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Old 11/18/08, 10:04 AM
Join Date: Jan 2007
Location: kansas
Posts: 1,851
I have extra buckets that I keep inside. Fill them with warm water and exchage for the fozen ones about thre or four times a day depending on the temp
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Old 11/18/08, 10:09 AM
Join Date: Aug 2008
Location: Monroe Ga
Posts: 4,639
even though I had not asked the question, I wanted to say thank you on all the great advice, I had been looking at them in the store and had been on a see saw about it.
I'm a goat person, not a people person,
De @ Udderly Southern Dairy Goats
we will be adding a new breed in the spring
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Old 11/18/08, 10:21 AM
Madame's Avatar
Join Date: Jan 2003
Location: WI
Posts: 4,277
I know some folks who put the buckets inside old tires. They were harder to tip over and the insulation slowed down the freezing.
Marvelous Madame
Be kind to others. You do not know what burdens they are carrying.
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Old 11/18/08, 11:43 AM
Kazahleenah's Avatar
Disgruntled citizen
Join Date: Nov 2004
Location: Northeast Michigan zone 4b
Posts: 4,458
This is the one I use...

It's cheap, and not real expensive to run. It keeps the water from freezing, but mine is also inside the one wing of the barn, so it's not hit by direct wind like it would be outside. Temps here range about 10 above zero to 30 below through the winter. Ozark Jewels is right about attaching the entire cord VERY securly. Goats just LOVE to mess with anything "new and fun looking". lol

I'm so busy, I don't know if I've found a rope or lost my horse.
Kaza's Kreations: Custom Screenprinting
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Old 11/18/08, 12:42 PM
Join Date: Jul 2006
Location: northcentral MN
Posts: 14,962
Solar Gary made a waterer that kept his tank ice free. Search the Alternative Energy forum.

Lately I've been thinking of using the heat of the earth to keep the water open. My plan is to put an insulated box over a hole that I've dug with a posthole digger. Then I'll bank the area with straw to keep it from freezing. The high water table keeps that area from freezing most years so if I dig deep into to hit water there should be a lot of free heat. I've dug there with a shovel in the middle of the winter when the rest of my property is frozen 3-4' deep.
"Do you believe in the devil? You know, a supreme evil being dedicated to the temptation, corruption, and destruction of man?" Hobbs
"I'm not sure that man needs the help." Calvin
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Old 11/18/08, 08:56 PM
Join Date: Oct 2006
Location: Alaska
Posts: 3,606
We used pallets to build a box around our trough and then we insulated it with clean, dry shavings, manure, and dry leaves (we clean it out and replace the insulation every year). Then we closed up these areas with OSB/plywood scraps. We built a floating lid out of blueboard insulation (on the bottom) and OSB/plywood on the top with a drink hole in the center. The whole box comes apart for maintenance or moving and it was pretty cheap to build. We painted it black for maximum light/heat/energy absorption.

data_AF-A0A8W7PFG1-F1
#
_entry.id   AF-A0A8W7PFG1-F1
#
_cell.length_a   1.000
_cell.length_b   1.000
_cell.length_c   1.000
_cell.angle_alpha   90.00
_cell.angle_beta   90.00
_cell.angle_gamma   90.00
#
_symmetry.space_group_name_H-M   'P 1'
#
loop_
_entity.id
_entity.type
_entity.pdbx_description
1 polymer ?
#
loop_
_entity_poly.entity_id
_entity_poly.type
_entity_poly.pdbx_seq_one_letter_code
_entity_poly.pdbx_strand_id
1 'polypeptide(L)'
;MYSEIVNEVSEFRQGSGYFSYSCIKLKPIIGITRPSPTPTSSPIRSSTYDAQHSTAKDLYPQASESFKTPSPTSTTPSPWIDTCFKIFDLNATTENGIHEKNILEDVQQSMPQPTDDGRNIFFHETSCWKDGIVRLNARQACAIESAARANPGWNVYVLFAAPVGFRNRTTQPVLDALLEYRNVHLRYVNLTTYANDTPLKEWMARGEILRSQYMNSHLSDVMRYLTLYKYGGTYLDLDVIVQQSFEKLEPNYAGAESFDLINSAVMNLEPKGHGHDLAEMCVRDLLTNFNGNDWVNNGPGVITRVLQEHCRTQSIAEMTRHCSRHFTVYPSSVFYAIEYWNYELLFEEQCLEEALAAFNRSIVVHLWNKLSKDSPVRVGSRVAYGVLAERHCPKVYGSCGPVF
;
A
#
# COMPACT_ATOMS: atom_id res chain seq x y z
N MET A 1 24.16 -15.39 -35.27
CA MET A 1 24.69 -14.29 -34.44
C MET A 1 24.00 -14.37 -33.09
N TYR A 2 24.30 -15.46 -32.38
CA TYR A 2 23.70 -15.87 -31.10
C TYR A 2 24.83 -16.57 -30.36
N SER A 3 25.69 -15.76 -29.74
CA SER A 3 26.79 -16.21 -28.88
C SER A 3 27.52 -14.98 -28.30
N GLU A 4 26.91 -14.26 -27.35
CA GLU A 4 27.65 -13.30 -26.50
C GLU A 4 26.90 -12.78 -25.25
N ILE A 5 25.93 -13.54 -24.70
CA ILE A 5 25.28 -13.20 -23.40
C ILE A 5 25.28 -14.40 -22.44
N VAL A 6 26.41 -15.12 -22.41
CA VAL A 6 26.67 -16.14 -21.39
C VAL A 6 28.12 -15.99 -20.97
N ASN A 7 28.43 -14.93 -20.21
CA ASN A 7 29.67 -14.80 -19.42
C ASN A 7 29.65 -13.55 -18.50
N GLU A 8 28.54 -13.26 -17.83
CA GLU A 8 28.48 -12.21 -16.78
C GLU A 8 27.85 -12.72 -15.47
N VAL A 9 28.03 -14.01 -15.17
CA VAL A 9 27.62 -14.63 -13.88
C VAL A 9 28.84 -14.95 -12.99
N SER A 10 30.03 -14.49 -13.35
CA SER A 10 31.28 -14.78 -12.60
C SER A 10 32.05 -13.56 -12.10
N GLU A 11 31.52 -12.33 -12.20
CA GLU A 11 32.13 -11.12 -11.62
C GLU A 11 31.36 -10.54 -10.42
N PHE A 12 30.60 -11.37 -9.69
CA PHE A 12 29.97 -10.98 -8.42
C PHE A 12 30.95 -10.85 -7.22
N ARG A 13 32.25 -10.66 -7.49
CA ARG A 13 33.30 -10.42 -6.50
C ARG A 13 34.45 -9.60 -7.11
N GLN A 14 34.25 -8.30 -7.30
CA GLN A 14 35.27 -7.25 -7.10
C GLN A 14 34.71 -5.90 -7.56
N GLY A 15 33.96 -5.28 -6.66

We fill the 150-gallon trough about once a week with warm water and even when we are below 0F, it barely gets a skim of ice on it until the level drops below about half full.

This is for the horses but we wanted to do something similar for the goats. We just need to do a smaller box for a smaller set of buckets or a smaller trough. The trouble is I'm afraid they'll just climb on it and fall in or poop all over it!!!
Heather Fair
Fair Skies Nigerian Dwarf dairy goats
All I Saw Farm
Wasilla, Alaska
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Old 11/18/08, 09:00 PM
Join Date: Oct 2006
Location: Alaska
Posts: 3,606
How fitting, I just received this from a friend:

From: Hillbillee
Sent: Tuesday, November 18, 2008 8:54 AM
Subject: [homesteadingwomen] How to keep animal’s water from freezing in winter

How to keep animal's water from freezing in winter

For those who are looking for a way to keep your livestock water
from freezing in the winter, here is a simple solution…

Ever wonder how the early pioneers cared for their animals and
provided them with plenty of fresh water in the winter time? Well,
this is how some did it…

You will need two tubs; one larger than the other, the smaller one
will hold the water. Depending on size of water dish, you could use
a tire instead of an outside tub. A tire will also help hold heat in.

A black plastic bag - or - more than one, depending on the size of
the bag and the big tub. The heavier the mill, the better.

The freshest, richest horse manure you can get.

A garden shovel or some sort of scooping device.

A pair of disposable or rubber gloves.


1. Put on the gloves.

2. Place a plastic bag inside the water tub (Dish), completely
covering the inside but not covering the outside. This will allow
for easy removal when finished and protect the inside from being

3. Inside the big tub, place and pack about two inches or
deeper of fresh horse manure. Disperse it evenly and keep it level.
If using a tire, you can just fill bags with manure and stuff them
inside the tire.

4. Place the plastic covered water dish in the center of the
big tub and check it to ensure it is level and as evenly centered as

5. Place and pack the remaining fresh horse manure tightly
around the water tub. The more manure and the tighter the better.
This will provide you with all the heat you need to keep water from

6. Cover all the horse manure with the plastic bags. Be sure to
cover well. This will trap the heat inside and also prevent the
water from getting soiled and contaminated.

7. Remove plastic covering from inside the water dish. Now it
is ready to fill with fresh water.

8. Clean up area and dispose of contaminated items.

9. When winter is ended, you can continue to use this system in
the summer months by replacing the water dish with a potted tomatoes

10. When the horse manure stops heating, use it to fertilize
your garden and just repeat the process all over again, using fresh

Copyright 2008 Cora Grody
Heather Fair
Fair Skies Nigerian Dwarf dairy goats
All I Saw Farm
Wasilla, Alaska